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How To Build An Exceptional Network That Benefits You Personally And Professionally


how to build a network

If you want to present yourself as a high-value individual within your network, you can’t be a people pleaser.

It’s incredibly difficult to accomplish any large-scale project by yourself. 

Becoming successful—whatever that means to you—requires more than your own hard work and determination. You need to build a network.

You can’t be good at everything or keep your focus everywhere, which means you need to know people who can make things happen. If you’re building a house, you need to get a plumber, an electrician, and a roofer. If you’re building a business, you need people who can get you referrals, funding, and great employees.

If you want to know the right people, you have to be willing and able to network.

There’s no perfect formula for making connections, but there are some universal principles that I’ve learned over the years while building my own network.

Find a way to provide value. 

Always provide value. Always. It’s the only way to build a network worth having. 

Don’t start by calling in favors from people you want to connect with but barely know—people who have no reason to do you a favor. Instead, start by asking what you can do to help them.

Imagine building your professional network in the same way you build personal friendships. When someone sucks up all your time and energy without offering anything in return, it isn’t long before you start avoiding them. And if you’re the person who’s draining everyone else, your network is going to shrink. Fast.

Always think about how you can contribute and provide value. I promise if you take that attitude from the start, you’ll see major returns down the road. 

Don’t allow yourself to be a doormat.

There’s a big difference between providing value and letting everyone walk all over you. 

If someone is using you for your skills, or continually trying to get things from you without ever reciprocating, then it’s time to focus your attention elsewhere.

I’m not advocating you keep a tab on every relationship you have. Reciprocity doesn’t mean tit for tat. But eventually, you should get the sense that the person on the other end is making an effort. It might be an invitation to dinner or a thoughtful email when they see an article they think you’d like. 

Just don’t allow yourself to be used when it’s convenient and then ignored the other 364 days of the year. 

Get your ego out of the equation.

As you build a network and start interacting with experienced people within an industry, your ego will likely start to swell. The more important the people you interact with, the more you may feel like you need to be some sort of gatekeeper.

I did this myself when I was younger. My ego was telling me I should be the go-between guy for my contacts. I needed to be the center of attention. But after a while, I realized I was placing more of a burden on myself, and I didn’t have to get deeply involved in something as simple as an introduction.

Ego is never good. So drop it. If you help people, odds are, they’re going to return the favor when they get the chance. It’s the law of attraction—if you continually give people a hand when they need it, they’re going to jump at the chance to reciprocate. 

Always protect your network. 

Be very careful with what you present to people in your network. 

You want to be seen as a high-value person—someone who passes along quality leads, projects, and work. For instance, I occasionally send quality tracks to music supervisors, and because they know the music is coming from me, they actually give the songs a listen.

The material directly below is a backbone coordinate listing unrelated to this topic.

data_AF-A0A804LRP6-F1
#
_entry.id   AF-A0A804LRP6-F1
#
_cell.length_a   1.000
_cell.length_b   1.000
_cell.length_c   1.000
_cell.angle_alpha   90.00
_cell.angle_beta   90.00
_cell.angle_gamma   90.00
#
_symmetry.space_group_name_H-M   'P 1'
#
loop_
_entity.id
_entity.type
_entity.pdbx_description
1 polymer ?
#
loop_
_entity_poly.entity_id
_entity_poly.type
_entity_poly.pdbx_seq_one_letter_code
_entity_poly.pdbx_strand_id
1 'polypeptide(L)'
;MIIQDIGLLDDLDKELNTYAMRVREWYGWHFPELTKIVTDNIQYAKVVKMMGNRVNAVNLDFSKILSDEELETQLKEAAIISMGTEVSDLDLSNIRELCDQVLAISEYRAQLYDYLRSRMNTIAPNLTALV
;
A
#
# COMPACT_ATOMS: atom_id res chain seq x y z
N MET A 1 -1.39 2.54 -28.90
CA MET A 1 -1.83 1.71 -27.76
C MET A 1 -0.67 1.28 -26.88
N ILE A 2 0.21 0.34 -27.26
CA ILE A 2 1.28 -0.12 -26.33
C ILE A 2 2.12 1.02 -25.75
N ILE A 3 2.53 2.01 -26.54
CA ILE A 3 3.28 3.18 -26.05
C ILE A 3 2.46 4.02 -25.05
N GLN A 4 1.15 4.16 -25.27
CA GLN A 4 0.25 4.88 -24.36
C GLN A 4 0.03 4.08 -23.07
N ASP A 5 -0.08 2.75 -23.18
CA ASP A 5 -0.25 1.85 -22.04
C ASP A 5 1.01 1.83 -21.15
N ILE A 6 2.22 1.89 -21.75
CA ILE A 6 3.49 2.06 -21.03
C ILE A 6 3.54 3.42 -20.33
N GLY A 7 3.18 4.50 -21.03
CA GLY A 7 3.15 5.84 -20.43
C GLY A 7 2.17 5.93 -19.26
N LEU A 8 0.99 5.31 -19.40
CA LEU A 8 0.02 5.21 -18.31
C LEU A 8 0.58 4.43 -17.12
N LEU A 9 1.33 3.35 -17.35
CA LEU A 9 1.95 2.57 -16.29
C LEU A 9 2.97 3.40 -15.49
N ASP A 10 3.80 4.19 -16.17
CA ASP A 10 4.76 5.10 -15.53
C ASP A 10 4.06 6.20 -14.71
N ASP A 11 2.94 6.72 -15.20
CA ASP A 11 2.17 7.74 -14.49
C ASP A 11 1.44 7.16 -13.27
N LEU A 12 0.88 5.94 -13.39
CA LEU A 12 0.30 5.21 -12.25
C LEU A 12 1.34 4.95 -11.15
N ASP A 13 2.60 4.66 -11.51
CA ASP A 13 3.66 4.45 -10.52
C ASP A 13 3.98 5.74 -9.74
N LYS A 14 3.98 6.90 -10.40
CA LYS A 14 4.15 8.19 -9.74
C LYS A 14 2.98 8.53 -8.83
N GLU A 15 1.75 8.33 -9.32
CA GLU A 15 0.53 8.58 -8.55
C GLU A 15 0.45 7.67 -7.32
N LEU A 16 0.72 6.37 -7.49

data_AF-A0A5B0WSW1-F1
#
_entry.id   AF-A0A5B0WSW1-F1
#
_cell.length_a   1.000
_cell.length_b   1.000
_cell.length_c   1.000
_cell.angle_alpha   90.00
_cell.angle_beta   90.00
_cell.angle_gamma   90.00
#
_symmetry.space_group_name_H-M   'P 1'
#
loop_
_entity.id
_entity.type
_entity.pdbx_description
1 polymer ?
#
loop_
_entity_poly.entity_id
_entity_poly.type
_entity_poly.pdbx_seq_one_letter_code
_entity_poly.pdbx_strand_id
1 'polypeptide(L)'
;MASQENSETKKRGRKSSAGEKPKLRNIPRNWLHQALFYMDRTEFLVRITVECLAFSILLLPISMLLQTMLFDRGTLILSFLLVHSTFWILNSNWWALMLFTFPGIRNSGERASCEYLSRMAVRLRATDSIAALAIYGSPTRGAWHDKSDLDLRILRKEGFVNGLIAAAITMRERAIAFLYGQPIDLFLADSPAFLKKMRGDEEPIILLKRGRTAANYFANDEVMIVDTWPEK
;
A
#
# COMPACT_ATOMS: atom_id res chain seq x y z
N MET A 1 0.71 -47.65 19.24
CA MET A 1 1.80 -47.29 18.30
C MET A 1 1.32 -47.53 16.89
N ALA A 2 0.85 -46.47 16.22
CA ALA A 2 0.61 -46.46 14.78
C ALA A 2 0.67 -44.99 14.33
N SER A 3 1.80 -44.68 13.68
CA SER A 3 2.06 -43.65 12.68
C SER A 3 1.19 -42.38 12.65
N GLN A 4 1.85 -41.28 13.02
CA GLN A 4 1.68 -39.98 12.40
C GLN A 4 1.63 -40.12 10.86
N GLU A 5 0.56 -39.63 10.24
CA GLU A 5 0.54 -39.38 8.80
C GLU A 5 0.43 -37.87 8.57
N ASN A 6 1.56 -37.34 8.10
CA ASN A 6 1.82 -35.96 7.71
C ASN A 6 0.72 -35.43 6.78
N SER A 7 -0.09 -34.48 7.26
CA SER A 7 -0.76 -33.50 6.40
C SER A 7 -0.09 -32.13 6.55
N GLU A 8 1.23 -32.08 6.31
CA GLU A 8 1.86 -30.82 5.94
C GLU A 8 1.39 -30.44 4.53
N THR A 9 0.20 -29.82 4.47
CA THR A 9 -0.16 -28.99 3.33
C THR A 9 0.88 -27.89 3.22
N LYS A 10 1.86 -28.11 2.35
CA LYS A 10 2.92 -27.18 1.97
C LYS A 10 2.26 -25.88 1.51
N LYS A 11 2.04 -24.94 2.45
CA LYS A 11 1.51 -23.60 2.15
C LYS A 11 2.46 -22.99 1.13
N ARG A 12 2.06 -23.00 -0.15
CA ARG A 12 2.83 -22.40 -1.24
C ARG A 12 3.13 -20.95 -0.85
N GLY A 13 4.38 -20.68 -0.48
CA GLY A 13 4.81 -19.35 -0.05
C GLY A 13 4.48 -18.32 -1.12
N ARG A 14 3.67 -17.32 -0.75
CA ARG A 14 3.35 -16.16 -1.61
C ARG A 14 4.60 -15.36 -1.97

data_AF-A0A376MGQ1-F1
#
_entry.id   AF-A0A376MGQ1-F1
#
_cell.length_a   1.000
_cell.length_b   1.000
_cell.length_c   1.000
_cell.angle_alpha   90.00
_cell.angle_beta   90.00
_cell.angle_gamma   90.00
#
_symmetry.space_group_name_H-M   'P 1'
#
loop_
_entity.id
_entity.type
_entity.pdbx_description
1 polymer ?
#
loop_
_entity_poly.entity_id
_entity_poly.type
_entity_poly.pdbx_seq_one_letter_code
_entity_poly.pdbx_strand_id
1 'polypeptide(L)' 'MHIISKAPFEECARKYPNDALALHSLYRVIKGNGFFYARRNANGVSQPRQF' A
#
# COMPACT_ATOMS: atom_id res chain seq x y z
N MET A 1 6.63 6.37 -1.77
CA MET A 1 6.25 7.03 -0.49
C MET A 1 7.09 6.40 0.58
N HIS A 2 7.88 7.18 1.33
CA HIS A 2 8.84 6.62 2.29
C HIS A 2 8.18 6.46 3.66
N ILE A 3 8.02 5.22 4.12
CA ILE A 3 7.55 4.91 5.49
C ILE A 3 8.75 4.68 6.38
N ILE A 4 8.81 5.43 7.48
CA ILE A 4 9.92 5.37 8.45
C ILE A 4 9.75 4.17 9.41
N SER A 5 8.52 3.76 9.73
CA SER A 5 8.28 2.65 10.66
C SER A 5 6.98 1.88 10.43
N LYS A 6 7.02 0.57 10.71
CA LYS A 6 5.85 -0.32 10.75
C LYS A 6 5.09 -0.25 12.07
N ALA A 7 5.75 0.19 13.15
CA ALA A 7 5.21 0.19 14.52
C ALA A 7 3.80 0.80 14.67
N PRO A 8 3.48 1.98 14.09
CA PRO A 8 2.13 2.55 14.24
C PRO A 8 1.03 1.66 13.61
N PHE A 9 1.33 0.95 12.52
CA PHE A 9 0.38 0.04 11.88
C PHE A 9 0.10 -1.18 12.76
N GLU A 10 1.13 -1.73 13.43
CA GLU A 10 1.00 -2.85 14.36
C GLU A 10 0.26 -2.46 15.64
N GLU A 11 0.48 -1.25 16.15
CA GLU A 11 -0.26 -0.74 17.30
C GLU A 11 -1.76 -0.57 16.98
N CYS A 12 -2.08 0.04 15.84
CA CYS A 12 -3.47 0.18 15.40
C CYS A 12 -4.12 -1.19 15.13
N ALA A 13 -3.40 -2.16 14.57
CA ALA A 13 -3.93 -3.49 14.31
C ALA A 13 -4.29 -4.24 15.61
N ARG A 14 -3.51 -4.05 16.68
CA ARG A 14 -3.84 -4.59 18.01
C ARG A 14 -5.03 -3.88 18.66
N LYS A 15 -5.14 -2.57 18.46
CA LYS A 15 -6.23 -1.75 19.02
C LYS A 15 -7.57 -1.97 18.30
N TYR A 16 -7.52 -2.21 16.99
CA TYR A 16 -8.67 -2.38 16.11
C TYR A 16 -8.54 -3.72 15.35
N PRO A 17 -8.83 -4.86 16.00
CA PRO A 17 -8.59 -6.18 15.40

But I’ve made mistakes in the past. Sometimes, a friend has pleaded with me to pass along some music for them, and I’ve done it. But after doing that a few times, I realized I couldn’t keep going out on a limb when my contact would sound confused and say, “This is isn’t the quality I was expecting from you. Why’d you send me this?”

If you want to present yourself as a high-value individual within your network, you can’t be a people pleaser.

Be a peer, not a fan.

Here’s the key to being a high-value participant in your own network: act like one. 

At some point, you’re going to find yourself hanging out with people you truly admire. Depending on the industry, they may actually be famous to a wider audience. There’s no reason you can’t build lasting relationships within these circles, but that’s only going to happen if you’re invited back.

If you want to get that second invite, you can’t act like a fan. Asking for pictures, getting a little too lavish with your praise, being outwardly starstruck makes you another admirer. Instead, act like you’ve been there before, and don’t force the relationship. If you get along, you’ll see them again.

Building a strong network isn’t just about passing out business cards. It takes years to build relationships and rapport with people. But if you go about it with a good attitude and a willingness to help other people, you’re bound to end up with some great professional and personal relationships.

Here are a few other related articles you might find helpful:

The Importance Of Setting Boundaries In Business

4 Psychology-Based Tips To Navigate Client Personalities, From Aggressive To Soft-Spoken

This 1 Powerful Tool Improves Your Mental Game And Helps You Learn From Mistakes

Sami Rusani is a serial entrepreneur with several multi-million dollar businesses. Under the capacity of his media group, he has served as a marketing, branding, and growth consultant for various startup companies and global brands, such as VISA, Heineken, Mercedes, Sony, Virgin, and many more. He is currently serving as Chief Revenue Officer for ShipChain and is heavily involved in the blockchain and cryptocurrency space in both advisor and fundraising roles.

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